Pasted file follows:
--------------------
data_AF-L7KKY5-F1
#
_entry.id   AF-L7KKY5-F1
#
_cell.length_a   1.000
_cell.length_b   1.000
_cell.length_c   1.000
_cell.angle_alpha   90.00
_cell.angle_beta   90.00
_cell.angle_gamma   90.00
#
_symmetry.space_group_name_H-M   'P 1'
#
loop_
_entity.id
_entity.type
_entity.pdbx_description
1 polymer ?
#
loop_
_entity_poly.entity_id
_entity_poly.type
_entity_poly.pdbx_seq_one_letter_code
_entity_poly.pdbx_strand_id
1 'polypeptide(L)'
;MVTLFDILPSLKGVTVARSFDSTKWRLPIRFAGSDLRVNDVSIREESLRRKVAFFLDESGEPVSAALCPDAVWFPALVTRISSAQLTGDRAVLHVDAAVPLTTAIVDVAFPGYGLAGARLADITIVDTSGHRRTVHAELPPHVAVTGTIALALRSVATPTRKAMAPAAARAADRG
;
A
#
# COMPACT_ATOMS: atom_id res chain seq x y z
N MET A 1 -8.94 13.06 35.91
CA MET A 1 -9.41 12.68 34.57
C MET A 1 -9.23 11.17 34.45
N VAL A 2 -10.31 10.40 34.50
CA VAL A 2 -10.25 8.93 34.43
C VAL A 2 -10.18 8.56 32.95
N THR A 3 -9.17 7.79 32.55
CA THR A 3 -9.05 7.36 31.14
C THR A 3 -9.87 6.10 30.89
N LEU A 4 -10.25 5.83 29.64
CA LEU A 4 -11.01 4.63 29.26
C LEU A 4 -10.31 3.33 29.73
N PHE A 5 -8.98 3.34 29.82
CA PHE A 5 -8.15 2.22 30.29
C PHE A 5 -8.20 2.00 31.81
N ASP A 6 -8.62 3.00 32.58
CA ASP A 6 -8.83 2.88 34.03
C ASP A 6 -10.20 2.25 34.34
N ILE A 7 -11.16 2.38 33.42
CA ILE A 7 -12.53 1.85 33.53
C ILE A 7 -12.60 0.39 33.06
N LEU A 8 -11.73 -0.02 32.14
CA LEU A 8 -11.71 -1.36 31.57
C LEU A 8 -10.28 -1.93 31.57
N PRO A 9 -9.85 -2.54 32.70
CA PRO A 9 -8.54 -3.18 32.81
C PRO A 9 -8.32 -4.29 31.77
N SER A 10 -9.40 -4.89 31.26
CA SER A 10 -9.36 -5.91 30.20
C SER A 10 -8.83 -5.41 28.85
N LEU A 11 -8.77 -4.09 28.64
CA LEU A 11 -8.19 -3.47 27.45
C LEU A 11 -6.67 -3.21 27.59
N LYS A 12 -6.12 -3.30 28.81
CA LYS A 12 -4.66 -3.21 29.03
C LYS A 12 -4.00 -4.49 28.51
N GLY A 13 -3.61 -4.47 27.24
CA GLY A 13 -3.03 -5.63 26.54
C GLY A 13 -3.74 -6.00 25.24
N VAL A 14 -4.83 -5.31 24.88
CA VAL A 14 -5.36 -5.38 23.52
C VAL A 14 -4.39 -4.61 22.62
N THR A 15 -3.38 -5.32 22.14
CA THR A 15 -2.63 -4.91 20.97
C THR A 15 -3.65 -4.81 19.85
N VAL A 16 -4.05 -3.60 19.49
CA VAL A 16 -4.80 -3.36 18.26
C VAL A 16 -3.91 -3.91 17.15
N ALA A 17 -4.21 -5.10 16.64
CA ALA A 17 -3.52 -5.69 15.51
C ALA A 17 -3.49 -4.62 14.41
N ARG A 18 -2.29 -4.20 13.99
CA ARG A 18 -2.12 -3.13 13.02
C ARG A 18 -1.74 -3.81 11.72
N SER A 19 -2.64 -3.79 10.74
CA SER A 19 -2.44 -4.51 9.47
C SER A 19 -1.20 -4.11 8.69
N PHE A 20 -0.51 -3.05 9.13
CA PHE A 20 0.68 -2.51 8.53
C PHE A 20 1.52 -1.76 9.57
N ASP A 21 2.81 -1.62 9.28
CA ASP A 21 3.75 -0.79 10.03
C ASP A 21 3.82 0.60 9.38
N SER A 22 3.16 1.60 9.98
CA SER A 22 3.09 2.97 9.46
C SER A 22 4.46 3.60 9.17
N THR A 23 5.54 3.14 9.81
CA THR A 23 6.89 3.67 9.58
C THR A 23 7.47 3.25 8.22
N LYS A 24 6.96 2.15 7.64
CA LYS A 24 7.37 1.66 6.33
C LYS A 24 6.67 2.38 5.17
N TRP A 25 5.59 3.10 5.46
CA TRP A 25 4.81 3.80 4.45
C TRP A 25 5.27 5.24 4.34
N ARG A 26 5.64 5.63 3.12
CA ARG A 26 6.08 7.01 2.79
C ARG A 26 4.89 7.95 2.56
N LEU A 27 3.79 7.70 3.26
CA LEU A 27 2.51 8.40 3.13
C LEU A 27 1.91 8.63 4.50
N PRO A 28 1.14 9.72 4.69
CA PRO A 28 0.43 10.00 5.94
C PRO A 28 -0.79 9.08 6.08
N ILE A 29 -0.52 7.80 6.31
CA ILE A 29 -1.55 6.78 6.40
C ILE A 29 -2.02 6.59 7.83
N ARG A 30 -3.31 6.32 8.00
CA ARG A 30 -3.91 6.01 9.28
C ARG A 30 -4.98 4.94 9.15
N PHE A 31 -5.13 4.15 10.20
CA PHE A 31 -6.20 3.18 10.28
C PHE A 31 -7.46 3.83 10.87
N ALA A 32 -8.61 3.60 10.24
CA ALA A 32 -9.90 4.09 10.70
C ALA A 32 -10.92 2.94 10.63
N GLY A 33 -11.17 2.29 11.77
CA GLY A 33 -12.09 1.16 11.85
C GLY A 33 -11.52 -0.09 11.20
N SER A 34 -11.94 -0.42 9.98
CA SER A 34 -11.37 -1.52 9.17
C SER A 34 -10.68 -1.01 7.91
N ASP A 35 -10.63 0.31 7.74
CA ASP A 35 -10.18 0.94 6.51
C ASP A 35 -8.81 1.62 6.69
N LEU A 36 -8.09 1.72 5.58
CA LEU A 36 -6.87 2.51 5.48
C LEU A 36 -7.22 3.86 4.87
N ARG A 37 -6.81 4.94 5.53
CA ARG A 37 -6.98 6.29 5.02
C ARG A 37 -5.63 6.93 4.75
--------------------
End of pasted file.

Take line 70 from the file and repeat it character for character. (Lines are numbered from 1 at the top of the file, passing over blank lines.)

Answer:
N VAL A 14 -4.83 -5.31 24.88